My Day by Eleanor Roosevelt

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HYDE PARK, Monday—On Saturday the Poughkeepsie Women's Club had a meeting at Mr. Moses Smith's farm, right across the road from us, and I went to speak. Just as I got up, after listening to a young girl from Vassar sing charmingly, I noticed that the sky was beginning to look very black. I had been introduced, as usual, as "the First Lady," and so began by telling them about an incident at Lake Junaluska, where a mother had told her little girl of 6 that the First Lady, Mrs. Roosevelt, was coming to luncheon.

"Oh, that can't be so, Mother," the little girl responded, "because the first lady was Eve."

Everyone laughed, and then as I began to be a little more serious, thunder drowned out my words. I realized that the rain was going to fall and that I had left the top on my car down. Then and there, I stopped my speech and ran to put the top up. I came back and began again, only to be stopped by a torrent of rain. I decided nature was against my making a speech that day. But the committee still felt that we should be patient, and so the hall and the porch of the farm house were packed with human beings more or less wet to the skin. When the rain let up, I was asked to finish my much interrupted speech!

Under the circumstances, I thought a very few words would be all the poor people could bear. Afterward, a lady with a lovely voice sang one more song to close the meeting, and I finally fled to my car!

In the evening I went to Lake Mahopac to speak at a National War Fund meeting. Here we were more fortunate, the thunderstorm taking place only during the trip down. Mr. Samuel Barlow, of New York City, made an excellent speech and conducted the money-raising part of the meeting in marvelous fashion. We did not get home until nearly midnight, but I felt the meeting had been a great success.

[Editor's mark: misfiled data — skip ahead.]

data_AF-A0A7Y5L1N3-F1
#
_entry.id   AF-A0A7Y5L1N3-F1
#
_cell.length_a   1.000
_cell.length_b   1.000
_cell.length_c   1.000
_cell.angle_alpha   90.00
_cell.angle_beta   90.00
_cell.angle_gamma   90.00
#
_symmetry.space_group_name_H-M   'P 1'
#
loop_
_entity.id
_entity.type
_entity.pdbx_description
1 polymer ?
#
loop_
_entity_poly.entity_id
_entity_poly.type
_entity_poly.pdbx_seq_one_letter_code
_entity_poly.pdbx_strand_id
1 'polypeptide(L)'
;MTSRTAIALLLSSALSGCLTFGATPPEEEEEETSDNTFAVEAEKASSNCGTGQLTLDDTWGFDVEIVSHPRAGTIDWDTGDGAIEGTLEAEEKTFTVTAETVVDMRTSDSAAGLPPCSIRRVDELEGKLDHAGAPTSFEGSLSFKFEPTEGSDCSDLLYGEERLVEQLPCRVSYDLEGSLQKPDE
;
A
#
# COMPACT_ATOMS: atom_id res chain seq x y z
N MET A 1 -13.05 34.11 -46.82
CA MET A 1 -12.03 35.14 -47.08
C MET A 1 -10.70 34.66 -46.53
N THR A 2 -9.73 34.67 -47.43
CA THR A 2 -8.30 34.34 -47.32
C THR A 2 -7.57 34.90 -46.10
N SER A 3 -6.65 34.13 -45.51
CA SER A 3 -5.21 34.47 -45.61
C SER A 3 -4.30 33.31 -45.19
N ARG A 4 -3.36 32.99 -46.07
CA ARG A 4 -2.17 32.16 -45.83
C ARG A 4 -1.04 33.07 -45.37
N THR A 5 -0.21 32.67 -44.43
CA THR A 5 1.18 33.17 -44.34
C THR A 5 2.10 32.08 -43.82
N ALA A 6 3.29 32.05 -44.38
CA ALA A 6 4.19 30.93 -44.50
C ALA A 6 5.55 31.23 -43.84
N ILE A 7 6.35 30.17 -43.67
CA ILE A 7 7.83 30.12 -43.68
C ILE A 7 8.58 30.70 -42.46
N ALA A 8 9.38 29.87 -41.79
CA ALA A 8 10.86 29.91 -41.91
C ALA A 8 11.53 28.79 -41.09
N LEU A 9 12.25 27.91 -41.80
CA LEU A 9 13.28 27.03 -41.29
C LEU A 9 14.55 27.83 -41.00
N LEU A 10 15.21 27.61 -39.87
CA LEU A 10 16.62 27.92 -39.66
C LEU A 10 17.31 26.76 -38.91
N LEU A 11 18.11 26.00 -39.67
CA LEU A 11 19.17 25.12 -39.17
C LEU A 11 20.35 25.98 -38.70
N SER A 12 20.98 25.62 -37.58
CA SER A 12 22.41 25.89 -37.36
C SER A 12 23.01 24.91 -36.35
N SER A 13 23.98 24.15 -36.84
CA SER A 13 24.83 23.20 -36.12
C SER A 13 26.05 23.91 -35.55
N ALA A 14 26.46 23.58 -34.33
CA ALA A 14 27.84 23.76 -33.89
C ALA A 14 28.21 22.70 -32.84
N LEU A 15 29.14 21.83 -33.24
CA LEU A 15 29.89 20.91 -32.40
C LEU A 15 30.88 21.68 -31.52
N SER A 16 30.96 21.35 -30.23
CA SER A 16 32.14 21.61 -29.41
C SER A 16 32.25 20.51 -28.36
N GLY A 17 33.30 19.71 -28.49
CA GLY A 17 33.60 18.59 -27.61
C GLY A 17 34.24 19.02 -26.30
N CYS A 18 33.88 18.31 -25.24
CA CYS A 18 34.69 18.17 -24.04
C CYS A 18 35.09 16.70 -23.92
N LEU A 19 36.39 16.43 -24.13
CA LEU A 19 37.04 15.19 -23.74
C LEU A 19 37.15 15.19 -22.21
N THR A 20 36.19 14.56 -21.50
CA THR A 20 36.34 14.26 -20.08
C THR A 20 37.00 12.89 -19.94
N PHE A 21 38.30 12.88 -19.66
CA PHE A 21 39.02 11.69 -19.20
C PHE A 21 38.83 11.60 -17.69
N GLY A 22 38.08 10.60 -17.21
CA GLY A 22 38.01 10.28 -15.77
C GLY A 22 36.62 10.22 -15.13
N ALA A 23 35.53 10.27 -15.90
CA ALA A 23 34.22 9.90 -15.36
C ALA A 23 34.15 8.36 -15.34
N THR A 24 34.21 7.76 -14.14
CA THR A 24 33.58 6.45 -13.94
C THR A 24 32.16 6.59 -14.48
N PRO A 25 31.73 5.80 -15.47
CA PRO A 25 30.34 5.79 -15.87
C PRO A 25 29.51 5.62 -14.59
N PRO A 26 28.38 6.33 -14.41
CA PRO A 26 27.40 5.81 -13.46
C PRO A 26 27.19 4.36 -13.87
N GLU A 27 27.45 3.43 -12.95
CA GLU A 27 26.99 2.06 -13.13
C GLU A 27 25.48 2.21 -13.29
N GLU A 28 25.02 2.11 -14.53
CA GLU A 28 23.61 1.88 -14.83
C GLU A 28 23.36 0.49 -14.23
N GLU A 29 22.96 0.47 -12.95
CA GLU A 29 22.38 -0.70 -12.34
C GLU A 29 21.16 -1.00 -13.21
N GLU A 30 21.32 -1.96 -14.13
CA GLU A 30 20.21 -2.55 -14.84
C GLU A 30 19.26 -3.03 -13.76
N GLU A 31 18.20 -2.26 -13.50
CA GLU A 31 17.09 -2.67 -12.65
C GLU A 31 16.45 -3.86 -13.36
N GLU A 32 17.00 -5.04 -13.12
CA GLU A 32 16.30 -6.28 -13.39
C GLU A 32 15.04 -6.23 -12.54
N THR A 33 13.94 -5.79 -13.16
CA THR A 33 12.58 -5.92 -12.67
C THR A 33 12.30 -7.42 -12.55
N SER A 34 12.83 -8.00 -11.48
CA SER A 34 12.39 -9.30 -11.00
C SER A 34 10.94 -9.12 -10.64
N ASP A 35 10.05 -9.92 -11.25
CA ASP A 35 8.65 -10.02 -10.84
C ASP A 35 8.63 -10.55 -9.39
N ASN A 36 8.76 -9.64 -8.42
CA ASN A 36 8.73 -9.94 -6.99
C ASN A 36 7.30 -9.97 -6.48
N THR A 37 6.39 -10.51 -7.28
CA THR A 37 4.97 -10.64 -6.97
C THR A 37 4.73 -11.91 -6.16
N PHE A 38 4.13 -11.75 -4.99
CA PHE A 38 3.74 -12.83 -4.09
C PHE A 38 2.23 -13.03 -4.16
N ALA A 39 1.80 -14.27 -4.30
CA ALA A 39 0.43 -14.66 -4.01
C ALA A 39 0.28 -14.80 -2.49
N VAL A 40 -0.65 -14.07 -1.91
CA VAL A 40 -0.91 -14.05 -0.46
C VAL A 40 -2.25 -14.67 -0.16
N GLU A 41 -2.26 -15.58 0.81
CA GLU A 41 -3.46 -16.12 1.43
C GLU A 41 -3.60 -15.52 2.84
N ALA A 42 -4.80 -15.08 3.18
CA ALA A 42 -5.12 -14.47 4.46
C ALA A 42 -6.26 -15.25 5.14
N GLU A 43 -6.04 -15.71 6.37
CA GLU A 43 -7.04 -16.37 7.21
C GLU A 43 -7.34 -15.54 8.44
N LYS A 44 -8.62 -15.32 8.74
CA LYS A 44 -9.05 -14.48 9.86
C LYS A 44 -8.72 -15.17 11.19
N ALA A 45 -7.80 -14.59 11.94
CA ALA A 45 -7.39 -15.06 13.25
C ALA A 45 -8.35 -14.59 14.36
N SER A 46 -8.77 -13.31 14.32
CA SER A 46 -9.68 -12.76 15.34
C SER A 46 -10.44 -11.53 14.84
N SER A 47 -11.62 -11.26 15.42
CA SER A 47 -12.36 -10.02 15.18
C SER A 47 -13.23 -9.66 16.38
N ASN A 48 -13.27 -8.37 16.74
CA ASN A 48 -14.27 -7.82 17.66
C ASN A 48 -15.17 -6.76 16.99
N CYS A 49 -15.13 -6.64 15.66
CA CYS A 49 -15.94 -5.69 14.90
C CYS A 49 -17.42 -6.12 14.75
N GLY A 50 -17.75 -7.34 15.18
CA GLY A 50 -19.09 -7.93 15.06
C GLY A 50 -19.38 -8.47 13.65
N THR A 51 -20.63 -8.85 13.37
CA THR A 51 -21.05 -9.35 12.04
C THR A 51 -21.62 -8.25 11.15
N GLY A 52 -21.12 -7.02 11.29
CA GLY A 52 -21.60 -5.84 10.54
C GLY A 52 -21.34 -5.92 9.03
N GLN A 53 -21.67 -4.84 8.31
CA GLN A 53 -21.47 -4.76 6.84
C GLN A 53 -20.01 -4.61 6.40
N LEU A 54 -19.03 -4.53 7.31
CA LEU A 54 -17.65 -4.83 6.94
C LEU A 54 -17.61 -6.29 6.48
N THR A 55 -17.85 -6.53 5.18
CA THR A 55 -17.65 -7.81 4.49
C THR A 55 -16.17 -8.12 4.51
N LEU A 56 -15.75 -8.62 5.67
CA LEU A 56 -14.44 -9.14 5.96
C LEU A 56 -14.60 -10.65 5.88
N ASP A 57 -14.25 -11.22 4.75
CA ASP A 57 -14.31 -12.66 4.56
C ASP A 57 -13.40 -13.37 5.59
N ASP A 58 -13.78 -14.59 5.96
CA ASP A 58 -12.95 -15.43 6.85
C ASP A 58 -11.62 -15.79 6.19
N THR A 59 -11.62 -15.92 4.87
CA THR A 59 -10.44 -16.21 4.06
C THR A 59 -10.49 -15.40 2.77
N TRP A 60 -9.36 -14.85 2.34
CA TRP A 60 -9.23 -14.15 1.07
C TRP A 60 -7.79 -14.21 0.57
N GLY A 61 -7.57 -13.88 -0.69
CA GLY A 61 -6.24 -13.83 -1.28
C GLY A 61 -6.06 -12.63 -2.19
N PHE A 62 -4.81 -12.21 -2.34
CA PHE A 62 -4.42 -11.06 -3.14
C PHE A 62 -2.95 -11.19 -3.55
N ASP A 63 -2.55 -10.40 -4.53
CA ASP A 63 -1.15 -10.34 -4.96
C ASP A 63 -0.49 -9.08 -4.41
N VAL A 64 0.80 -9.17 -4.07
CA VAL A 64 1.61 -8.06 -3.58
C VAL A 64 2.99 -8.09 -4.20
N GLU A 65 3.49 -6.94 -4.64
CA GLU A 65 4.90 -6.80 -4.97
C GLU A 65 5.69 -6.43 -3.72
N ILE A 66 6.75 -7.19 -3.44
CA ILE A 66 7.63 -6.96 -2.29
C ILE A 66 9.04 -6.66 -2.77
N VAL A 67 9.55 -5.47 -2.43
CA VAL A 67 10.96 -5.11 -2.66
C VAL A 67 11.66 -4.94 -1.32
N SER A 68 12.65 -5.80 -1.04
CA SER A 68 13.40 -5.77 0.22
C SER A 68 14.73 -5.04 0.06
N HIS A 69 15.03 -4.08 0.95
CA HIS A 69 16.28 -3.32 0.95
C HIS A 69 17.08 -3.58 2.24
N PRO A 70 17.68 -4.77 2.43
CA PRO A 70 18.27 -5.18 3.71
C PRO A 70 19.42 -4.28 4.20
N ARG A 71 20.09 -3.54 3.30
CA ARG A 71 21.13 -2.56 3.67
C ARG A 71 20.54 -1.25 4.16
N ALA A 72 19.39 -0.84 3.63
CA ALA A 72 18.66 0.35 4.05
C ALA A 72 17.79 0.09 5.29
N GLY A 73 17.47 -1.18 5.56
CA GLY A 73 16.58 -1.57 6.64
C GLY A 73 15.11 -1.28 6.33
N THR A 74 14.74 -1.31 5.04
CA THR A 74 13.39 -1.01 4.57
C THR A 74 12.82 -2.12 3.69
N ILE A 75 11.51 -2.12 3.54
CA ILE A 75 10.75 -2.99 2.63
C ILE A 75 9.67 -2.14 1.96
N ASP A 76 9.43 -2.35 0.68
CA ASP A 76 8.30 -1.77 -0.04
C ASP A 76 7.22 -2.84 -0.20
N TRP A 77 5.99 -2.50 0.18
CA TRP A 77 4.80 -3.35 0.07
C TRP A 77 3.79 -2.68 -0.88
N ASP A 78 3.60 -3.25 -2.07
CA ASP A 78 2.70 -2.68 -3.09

In spite of the fact that thunderstorms have played quite a part in our existence the last few days, we are very grateful for them, for we did need the rain and our gardens are flourishing.

This morning some very sad news reached us. Miss Marguerite LeHand, who for so many years was my husband's devoted personal secretary, passed away very suddenly last night. I am sure that for her, after her long illness, death will be a release. But those who loved her, particularly her nieces who lived with her, will feel her loss deeply. She was a member of our family for a good many years, and gave the kind of service to the President which is never paid for, but for which he and all those around him have always been extremely grateful.

E. R.
TMs, AERP, FDRL